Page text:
Are Los Zetas Losing Their Grip?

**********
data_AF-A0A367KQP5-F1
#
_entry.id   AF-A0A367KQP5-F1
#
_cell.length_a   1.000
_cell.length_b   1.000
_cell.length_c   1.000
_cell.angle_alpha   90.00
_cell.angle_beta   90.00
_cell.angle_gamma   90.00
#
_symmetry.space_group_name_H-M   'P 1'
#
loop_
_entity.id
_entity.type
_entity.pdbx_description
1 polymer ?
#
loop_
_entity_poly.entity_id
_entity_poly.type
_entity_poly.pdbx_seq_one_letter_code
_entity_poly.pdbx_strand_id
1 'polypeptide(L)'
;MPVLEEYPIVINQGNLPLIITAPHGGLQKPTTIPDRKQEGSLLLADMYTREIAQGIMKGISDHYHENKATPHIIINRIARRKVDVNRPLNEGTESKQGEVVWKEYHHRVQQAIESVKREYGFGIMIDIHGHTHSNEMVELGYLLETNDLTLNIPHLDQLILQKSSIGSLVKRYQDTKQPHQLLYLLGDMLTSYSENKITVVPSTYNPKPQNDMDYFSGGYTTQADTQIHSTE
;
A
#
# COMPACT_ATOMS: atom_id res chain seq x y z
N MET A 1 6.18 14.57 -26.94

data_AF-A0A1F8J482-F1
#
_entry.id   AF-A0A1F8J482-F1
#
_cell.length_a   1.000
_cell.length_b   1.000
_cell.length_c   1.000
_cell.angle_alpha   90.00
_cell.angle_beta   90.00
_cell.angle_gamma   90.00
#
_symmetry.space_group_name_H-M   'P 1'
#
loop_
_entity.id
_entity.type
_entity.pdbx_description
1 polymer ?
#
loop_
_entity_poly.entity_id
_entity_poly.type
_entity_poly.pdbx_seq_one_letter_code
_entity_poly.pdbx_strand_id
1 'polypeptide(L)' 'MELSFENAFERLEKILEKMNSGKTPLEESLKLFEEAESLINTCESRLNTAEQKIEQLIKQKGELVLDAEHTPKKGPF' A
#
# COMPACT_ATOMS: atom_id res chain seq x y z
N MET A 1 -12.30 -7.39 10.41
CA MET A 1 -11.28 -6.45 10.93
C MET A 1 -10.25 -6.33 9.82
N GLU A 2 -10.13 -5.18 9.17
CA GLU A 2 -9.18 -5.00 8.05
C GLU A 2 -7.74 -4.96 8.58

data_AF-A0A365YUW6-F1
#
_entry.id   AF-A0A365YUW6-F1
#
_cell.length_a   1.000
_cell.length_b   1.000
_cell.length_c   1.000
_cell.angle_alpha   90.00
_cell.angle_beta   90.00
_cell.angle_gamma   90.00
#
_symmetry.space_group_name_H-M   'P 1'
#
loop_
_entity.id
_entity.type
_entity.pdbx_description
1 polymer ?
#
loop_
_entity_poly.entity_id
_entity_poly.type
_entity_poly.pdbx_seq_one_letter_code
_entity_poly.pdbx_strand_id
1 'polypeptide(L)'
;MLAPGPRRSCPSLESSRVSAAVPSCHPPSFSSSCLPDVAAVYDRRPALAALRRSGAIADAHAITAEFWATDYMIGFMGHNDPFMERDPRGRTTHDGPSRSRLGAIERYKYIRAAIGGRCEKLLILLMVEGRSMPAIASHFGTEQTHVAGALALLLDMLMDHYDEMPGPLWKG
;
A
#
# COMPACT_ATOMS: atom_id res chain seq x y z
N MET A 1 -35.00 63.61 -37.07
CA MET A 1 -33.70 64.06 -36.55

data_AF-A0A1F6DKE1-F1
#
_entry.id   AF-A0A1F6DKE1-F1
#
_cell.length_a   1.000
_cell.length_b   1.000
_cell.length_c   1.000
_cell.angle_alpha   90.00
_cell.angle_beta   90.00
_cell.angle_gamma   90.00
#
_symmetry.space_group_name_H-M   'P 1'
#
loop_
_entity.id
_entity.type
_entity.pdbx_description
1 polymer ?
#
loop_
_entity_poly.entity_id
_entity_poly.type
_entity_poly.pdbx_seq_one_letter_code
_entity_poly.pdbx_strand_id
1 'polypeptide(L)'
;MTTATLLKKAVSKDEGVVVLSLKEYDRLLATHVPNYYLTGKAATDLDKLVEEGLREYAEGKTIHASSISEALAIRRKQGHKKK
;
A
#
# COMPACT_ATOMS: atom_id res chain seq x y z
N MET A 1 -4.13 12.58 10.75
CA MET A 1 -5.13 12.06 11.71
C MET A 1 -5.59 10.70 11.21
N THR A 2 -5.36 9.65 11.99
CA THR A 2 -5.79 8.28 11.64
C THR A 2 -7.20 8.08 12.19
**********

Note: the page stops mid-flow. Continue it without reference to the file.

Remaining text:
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Mexico's Los Zetas drug cartel, considered the country's reigning narco-operation in recent times, may be on the decline. But drug trafficking into the US is still on the rise. According to a report from the Washington Office on Latin America (WOLA), the cartel could be "slipping," due to a string of recent setbacks. The Zetas are reportedly experiencing internal conflict following the death of founder Heriberto Lazcano who was killed by Mexican military in October—leaving even-more-violent drug lord Miguel “Z-40″ Trevino in his place. They also lost another key leader who was arrested last September, and face continuing attacks from the rival Sinaloa Cartel, the country's second most powerful drug operation. Security officials report that heroin and meth busts are up at the US-Mexico border, which could signal that other trafficking groups are gaining power and moving in on routes previously monopolized by the Zetas. But what sounds like bad news for the Zetas still isn't good news for Mexico: Adam Isacson and Maureen Meyer, senior associates at WOLA and the authors of the report, say that the apparent decline of the Zetas doesn't signify an end to the violence—far from it. “This is an ominous bit of news,” they write, “if a vacuum or organized crime control has opened up, violence may flare up again in Northeastern Mexico.”